It was August 20th and that evening my mother and I had planned a bonfire to get rid of the old shed. We had invited the family round for a few drinks and decided to make a social evening of it. During the day we stocked up on plenty of beverages, beers, ciders and bottles of wine for the adults and fizzy drinks for the youngsters as well as some “finger food” in case anyone got peckish. Our garden was fairly large so preparations began early, bringing out the garden furniture from the new shed for everyone to sit around as well as some of the chairs from the dining table. Dad was at work so mum and I had to prepare everything ourselves; she yelled instructions to me from across the garden to set up the large fire pit and pile on the old wood whilst she set out the table cloth, plates and cutlery.
“Tom, make sure their fire pit is secure, we don’t want to burn the house down now, do we?” Jested my mother. I laughed with her and commented on how I wasn’t an idiot. Once the large circle of stones had been laid, I proceeded to move the old wood that was propped up against the far fence to the center of the pit. I started with two long planks and set them up in a pyramid structure. I began to place other planks around it, also propped up until I had made what roughly resembled a wigwam. We used to burn all our old sensitive letters too, so I scattered a few around along with some dry twigs and other flammable junk from the garden. After about an hour of setting this up, mum began to lay the food out on the table and the family started to arrive. First to arrive was my dad who had just got home from work, he was eager to see the rest of the family so he promptly headed upstairs for a shower. From about 7 pm until 8 pm, the rest of my family turned up until all seventeen of us were here.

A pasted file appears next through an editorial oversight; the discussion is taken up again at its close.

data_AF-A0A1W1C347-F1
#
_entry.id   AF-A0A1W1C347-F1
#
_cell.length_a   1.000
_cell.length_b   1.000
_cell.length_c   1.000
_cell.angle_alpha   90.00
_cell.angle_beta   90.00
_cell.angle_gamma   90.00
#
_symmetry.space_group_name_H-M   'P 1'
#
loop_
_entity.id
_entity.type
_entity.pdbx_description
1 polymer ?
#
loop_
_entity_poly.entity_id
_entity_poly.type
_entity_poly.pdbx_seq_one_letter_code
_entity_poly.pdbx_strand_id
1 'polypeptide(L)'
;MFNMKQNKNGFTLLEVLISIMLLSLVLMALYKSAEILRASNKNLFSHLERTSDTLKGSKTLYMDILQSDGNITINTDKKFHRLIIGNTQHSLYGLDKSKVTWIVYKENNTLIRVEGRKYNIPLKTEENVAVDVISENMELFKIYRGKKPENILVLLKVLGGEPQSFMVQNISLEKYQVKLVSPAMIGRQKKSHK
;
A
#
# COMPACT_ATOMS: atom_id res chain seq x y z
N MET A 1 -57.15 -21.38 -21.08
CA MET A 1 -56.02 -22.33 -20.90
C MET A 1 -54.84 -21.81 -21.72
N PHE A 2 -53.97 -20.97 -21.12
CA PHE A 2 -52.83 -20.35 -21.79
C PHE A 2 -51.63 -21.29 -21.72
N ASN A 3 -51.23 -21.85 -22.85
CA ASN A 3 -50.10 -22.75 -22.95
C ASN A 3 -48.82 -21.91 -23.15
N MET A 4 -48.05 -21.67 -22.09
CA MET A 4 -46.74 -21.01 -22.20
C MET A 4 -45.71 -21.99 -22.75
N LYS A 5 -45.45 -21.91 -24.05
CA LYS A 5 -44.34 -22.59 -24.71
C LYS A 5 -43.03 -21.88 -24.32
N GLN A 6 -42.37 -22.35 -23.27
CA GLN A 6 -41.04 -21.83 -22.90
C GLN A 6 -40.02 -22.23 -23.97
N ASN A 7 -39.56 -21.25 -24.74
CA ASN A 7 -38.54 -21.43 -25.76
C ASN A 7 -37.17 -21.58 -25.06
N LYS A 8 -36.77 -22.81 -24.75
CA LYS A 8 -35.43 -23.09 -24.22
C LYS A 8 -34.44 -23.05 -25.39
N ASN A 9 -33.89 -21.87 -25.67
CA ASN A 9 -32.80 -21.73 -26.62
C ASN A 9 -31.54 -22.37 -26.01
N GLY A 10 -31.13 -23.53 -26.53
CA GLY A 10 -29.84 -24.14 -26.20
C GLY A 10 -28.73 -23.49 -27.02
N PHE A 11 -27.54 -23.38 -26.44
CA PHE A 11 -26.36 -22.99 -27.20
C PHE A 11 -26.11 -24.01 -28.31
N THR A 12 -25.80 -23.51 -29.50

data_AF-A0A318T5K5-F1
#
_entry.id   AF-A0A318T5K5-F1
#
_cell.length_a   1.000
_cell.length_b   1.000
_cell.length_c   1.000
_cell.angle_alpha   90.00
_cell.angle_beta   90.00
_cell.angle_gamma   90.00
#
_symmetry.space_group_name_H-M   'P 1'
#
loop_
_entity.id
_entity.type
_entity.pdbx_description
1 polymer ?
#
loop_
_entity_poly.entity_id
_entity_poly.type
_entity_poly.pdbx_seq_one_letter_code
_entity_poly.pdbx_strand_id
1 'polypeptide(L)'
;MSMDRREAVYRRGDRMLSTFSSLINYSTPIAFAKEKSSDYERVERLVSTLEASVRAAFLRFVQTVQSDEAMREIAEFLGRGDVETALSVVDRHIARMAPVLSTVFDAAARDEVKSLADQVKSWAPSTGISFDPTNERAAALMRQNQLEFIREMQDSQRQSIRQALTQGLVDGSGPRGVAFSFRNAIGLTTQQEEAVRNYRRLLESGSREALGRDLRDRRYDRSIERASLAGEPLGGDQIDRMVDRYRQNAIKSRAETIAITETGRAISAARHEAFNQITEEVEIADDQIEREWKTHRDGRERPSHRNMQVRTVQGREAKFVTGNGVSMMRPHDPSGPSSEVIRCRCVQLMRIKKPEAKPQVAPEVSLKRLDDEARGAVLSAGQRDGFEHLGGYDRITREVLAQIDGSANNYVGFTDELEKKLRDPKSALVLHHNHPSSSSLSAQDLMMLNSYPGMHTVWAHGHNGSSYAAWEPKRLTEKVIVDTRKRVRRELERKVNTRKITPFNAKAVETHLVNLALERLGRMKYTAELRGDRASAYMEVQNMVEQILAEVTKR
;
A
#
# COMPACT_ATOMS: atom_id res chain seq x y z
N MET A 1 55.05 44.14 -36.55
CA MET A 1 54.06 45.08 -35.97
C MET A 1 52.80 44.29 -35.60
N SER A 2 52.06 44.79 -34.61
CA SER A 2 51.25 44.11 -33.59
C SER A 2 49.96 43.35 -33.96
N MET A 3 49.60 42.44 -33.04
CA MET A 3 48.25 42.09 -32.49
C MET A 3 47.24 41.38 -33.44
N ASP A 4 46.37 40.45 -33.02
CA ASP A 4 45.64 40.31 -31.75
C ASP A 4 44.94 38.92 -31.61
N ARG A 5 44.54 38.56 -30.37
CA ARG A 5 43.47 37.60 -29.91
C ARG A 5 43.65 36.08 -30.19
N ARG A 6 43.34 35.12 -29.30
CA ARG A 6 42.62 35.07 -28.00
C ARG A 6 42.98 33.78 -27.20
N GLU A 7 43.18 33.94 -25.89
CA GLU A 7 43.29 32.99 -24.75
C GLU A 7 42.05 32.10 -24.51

I am the oldest of my generation, nineteen at the time. My other eight cousins all ranged from five to sixteen. The younger ones were running around, fuelled on fizzy pop while the adults, myself included, had just started on our beers, ciders, and wines. It was about 9 pm now and beginning to get dark so my dad decided it was time to light the fire. The older generation all took a seat ready to absorb the warmth of the flames.